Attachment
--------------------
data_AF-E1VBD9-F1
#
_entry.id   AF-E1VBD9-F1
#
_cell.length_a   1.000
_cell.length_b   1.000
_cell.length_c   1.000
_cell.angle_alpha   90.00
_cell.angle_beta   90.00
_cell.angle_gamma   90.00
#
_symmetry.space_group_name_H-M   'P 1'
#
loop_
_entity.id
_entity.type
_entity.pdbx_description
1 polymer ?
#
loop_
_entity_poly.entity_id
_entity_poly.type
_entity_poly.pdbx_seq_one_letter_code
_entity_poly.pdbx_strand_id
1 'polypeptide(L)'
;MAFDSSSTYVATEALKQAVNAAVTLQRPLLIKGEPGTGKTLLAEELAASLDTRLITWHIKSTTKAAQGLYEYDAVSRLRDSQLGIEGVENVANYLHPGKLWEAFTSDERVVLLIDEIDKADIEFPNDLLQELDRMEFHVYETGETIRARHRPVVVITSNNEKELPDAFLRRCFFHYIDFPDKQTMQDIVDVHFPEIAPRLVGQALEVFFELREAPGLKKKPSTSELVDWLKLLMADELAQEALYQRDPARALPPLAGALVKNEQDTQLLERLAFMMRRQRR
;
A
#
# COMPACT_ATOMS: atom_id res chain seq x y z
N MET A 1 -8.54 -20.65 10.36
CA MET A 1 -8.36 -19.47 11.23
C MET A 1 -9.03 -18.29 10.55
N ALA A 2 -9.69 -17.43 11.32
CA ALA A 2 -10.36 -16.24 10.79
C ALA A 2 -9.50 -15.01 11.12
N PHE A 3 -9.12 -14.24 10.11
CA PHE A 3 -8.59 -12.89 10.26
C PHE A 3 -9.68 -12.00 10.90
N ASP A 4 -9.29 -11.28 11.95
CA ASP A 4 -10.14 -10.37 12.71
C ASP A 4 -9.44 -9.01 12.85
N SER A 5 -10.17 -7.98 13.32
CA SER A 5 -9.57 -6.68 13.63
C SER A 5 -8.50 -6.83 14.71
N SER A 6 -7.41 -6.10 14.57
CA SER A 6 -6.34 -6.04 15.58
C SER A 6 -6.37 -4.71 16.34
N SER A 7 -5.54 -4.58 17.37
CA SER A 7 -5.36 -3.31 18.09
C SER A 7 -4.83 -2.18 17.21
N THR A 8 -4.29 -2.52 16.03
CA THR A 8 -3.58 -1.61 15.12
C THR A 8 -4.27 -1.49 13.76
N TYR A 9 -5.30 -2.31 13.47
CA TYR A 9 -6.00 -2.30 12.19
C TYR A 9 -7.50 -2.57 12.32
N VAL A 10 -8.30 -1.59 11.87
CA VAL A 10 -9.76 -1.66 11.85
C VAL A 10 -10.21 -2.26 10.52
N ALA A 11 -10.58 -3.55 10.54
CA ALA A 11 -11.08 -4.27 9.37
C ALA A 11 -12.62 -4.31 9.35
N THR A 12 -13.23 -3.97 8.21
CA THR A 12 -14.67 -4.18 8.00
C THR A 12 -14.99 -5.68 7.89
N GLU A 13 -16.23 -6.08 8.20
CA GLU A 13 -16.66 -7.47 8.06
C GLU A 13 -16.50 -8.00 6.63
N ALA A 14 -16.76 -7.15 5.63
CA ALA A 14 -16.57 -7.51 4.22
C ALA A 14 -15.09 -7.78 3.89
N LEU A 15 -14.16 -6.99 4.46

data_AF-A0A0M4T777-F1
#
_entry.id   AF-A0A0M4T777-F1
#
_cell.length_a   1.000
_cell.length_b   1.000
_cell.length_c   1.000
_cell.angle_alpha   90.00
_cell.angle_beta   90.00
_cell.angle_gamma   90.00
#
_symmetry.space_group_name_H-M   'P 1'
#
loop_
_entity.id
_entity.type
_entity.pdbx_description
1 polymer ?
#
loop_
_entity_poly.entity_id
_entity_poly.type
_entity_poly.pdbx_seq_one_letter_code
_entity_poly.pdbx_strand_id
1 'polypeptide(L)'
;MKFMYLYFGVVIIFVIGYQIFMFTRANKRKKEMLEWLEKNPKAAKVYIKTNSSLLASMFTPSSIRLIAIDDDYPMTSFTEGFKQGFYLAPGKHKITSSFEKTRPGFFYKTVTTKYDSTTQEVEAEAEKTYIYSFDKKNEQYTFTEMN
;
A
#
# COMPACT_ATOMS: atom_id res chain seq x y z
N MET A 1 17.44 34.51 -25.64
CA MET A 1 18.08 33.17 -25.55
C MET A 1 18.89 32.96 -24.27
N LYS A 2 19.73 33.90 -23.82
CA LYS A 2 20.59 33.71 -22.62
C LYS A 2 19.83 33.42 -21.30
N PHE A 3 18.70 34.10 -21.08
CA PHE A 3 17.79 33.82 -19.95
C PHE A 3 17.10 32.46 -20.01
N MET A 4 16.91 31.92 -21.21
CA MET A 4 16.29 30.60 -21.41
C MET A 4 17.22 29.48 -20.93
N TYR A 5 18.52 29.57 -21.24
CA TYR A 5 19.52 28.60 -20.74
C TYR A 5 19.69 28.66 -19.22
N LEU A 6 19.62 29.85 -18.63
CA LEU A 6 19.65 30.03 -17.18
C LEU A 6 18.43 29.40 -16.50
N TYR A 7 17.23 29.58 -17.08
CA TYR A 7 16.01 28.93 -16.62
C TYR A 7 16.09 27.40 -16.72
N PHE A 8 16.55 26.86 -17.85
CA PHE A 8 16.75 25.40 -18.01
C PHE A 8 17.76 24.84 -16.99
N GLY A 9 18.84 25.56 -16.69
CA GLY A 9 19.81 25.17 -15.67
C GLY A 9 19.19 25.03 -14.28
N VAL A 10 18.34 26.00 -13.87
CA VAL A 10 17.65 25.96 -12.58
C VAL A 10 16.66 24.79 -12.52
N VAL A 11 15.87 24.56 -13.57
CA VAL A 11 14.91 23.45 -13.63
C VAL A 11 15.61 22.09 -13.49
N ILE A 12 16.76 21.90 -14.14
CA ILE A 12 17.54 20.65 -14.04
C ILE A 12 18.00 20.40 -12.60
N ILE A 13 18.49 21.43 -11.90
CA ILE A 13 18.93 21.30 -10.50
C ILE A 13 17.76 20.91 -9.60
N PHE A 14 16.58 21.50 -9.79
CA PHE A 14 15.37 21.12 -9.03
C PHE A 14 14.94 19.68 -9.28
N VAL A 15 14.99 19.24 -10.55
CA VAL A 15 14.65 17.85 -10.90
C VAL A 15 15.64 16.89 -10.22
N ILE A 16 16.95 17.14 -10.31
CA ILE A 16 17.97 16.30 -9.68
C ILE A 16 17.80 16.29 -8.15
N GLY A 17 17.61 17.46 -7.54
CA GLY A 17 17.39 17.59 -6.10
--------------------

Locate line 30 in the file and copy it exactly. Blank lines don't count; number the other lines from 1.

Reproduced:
# COMPACT_ATOMS: atom_id res chain seq x y z